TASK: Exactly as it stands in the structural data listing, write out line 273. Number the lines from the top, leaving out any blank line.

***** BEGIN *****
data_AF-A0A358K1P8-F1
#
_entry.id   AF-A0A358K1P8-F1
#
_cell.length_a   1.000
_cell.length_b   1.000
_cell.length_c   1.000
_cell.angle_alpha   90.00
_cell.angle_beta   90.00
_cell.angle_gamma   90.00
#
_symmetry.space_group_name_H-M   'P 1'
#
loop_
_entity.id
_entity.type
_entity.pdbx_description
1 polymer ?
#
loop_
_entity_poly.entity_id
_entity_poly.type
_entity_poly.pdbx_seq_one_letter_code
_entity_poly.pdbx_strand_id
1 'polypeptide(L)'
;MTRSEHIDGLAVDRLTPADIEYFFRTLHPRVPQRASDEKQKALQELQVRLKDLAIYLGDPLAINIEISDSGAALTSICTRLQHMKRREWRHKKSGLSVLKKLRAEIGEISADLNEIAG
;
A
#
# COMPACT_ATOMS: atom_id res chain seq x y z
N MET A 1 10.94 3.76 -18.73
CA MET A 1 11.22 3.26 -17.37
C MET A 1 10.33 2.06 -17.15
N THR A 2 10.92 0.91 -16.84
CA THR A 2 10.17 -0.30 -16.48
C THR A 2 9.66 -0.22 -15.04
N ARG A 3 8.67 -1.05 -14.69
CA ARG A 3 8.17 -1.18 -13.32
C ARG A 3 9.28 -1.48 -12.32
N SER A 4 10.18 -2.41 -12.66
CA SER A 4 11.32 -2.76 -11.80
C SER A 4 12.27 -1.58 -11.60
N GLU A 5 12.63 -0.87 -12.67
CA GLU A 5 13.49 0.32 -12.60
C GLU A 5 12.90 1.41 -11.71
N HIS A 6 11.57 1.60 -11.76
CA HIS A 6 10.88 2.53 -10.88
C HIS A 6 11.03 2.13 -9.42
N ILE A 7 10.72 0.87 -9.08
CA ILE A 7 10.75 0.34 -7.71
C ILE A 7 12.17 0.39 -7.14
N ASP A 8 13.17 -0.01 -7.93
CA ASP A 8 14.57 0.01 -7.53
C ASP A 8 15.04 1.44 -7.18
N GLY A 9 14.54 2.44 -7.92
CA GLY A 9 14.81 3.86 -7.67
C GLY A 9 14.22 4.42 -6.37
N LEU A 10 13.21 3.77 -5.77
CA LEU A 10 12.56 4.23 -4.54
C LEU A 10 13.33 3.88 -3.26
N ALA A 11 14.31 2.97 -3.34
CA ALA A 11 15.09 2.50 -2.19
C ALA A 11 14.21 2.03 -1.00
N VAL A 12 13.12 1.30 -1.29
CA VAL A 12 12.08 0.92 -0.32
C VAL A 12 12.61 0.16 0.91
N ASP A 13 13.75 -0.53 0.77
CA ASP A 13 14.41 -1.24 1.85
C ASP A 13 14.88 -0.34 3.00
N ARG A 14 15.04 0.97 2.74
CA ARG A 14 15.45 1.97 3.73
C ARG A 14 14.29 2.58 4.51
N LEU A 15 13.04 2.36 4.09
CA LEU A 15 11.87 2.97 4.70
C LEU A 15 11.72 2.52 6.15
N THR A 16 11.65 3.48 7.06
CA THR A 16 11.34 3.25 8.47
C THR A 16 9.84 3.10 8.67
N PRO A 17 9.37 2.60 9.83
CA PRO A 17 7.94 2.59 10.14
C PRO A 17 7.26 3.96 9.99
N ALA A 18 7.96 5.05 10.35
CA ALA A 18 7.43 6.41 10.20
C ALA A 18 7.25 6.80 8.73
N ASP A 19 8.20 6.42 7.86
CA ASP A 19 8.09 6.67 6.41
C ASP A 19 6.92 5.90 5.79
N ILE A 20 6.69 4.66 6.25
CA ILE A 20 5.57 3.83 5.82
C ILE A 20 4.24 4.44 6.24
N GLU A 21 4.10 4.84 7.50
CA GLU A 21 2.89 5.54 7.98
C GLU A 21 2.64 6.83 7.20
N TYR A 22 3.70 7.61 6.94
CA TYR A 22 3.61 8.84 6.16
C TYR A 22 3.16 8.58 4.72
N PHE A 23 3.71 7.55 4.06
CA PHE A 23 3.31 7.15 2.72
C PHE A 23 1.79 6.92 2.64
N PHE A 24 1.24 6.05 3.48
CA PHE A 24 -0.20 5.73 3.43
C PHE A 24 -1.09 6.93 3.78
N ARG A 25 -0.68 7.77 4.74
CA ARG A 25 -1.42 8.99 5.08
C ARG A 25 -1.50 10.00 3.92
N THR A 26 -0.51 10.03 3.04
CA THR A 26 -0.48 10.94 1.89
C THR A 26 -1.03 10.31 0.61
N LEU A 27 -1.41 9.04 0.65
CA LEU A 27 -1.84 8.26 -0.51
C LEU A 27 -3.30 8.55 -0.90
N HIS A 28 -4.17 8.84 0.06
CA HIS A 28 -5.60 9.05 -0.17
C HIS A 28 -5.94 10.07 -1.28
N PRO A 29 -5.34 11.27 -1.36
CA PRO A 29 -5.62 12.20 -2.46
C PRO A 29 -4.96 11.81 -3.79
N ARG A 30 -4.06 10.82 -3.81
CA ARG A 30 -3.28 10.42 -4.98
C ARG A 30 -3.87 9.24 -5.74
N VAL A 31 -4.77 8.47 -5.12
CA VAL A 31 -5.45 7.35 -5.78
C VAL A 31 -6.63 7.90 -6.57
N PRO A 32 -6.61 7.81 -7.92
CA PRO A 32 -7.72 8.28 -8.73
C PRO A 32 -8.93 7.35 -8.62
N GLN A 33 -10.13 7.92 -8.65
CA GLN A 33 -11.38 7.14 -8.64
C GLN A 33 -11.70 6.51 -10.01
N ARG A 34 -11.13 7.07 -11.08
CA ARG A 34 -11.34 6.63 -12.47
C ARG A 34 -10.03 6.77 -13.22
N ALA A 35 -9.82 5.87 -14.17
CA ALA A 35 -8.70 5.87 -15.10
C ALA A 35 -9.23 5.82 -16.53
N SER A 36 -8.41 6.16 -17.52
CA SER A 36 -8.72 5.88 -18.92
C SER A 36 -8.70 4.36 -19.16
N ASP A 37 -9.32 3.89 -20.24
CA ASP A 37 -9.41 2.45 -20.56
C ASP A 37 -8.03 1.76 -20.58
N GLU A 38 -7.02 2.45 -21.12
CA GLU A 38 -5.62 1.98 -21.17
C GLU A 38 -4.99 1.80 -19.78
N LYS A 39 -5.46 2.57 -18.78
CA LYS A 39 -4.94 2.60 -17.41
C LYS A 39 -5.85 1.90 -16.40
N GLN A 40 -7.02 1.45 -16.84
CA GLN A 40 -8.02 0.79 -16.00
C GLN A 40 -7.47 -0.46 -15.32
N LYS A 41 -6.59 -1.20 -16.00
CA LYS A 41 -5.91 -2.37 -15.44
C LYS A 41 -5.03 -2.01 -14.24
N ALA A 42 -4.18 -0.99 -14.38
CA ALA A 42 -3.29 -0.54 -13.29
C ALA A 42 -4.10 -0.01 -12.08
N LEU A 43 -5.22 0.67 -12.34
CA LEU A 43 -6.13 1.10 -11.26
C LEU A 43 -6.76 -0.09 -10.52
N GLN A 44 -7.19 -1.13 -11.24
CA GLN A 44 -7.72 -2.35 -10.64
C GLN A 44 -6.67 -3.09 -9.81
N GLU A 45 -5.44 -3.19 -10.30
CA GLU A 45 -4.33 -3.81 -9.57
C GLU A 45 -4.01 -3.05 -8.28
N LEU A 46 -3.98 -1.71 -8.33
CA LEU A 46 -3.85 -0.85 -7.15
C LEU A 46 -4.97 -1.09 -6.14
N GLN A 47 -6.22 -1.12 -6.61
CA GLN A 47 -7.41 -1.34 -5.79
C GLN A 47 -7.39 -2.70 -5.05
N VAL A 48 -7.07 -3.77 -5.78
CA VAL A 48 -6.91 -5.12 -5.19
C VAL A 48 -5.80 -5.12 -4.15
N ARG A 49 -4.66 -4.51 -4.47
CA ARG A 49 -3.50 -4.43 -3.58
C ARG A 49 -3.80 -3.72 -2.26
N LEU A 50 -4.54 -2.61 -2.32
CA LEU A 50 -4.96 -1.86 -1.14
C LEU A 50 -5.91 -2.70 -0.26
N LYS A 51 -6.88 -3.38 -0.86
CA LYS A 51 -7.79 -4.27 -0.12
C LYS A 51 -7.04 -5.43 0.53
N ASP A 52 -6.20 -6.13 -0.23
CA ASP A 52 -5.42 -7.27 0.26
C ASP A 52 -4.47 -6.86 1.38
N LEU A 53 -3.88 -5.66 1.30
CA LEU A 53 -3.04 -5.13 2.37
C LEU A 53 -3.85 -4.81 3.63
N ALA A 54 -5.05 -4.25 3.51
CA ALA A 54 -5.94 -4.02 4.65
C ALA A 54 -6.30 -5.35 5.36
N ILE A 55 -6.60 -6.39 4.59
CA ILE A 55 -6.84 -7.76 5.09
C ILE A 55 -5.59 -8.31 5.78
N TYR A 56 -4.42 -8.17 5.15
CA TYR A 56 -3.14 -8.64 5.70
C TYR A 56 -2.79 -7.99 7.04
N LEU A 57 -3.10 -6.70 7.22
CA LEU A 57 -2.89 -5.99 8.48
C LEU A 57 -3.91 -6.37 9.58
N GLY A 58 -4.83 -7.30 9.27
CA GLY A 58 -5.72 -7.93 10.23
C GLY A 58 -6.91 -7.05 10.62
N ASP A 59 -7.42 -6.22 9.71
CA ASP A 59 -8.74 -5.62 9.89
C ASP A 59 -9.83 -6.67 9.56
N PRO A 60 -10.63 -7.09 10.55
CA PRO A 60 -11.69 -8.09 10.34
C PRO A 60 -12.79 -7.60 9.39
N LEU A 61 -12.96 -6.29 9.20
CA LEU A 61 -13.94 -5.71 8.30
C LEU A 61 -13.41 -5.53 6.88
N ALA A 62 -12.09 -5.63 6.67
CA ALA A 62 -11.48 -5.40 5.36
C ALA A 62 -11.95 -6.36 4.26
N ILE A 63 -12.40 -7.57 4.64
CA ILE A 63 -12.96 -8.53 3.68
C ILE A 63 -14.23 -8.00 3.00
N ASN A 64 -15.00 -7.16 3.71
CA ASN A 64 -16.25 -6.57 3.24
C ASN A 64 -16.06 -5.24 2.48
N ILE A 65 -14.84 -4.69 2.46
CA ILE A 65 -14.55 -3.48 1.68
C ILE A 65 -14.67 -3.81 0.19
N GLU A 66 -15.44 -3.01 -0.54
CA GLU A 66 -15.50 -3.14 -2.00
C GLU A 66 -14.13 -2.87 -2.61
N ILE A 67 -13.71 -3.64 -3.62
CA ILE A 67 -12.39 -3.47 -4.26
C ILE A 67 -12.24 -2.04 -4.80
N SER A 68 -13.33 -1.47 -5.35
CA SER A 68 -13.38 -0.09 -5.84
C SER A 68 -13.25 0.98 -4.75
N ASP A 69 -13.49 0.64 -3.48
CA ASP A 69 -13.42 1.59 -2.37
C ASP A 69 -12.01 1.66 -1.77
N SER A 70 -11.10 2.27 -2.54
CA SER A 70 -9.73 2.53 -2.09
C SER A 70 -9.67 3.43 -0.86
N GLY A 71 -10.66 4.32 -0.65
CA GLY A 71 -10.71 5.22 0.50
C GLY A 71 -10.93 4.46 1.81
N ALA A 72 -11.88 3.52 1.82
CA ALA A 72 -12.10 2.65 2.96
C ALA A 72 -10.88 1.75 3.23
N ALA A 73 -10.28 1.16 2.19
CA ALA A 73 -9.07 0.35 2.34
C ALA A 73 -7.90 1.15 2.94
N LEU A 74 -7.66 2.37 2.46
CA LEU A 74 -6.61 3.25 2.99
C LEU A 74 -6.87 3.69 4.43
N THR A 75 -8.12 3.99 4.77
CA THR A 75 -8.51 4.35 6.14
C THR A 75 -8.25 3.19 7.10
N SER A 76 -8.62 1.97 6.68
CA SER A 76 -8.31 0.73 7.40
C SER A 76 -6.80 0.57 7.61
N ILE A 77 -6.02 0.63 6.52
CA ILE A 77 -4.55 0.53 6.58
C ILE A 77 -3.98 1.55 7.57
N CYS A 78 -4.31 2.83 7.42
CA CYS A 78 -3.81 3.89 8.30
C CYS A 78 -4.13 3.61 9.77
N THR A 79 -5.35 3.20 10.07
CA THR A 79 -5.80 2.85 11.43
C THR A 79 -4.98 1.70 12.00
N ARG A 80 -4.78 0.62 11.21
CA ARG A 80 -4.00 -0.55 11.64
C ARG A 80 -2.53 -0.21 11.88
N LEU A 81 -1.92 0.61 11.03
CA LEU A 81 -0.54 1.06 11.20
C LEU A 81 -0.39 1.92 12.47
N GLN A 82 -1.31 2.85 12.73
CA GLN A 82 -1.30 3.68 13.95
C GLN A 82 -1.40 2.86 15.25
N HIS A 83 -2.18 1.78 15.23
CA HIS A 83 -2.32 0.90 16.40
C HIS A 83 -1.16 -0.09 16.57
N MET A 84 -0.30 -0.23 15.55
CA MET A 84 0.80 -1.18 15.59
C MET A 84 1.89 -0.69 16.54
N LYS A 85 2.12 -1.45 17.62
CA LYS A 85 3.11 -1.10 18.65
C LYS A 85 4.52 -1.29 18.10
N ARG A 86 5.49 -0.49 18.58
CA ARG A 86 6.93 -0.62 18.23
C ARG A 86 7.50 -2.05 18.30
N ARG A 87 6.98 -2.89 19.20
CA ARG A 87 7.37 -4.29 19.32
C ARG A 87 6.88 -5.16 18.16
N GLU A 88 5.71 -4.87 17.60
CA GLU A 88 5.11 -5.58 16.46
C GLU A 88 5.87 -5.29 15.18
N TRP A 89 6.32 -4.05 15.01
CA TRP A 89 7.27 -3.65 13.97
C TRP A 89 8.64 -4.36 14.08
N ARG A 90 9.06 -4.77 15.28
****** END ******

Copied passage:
C LEU A 81 -0.39 1.92 12.47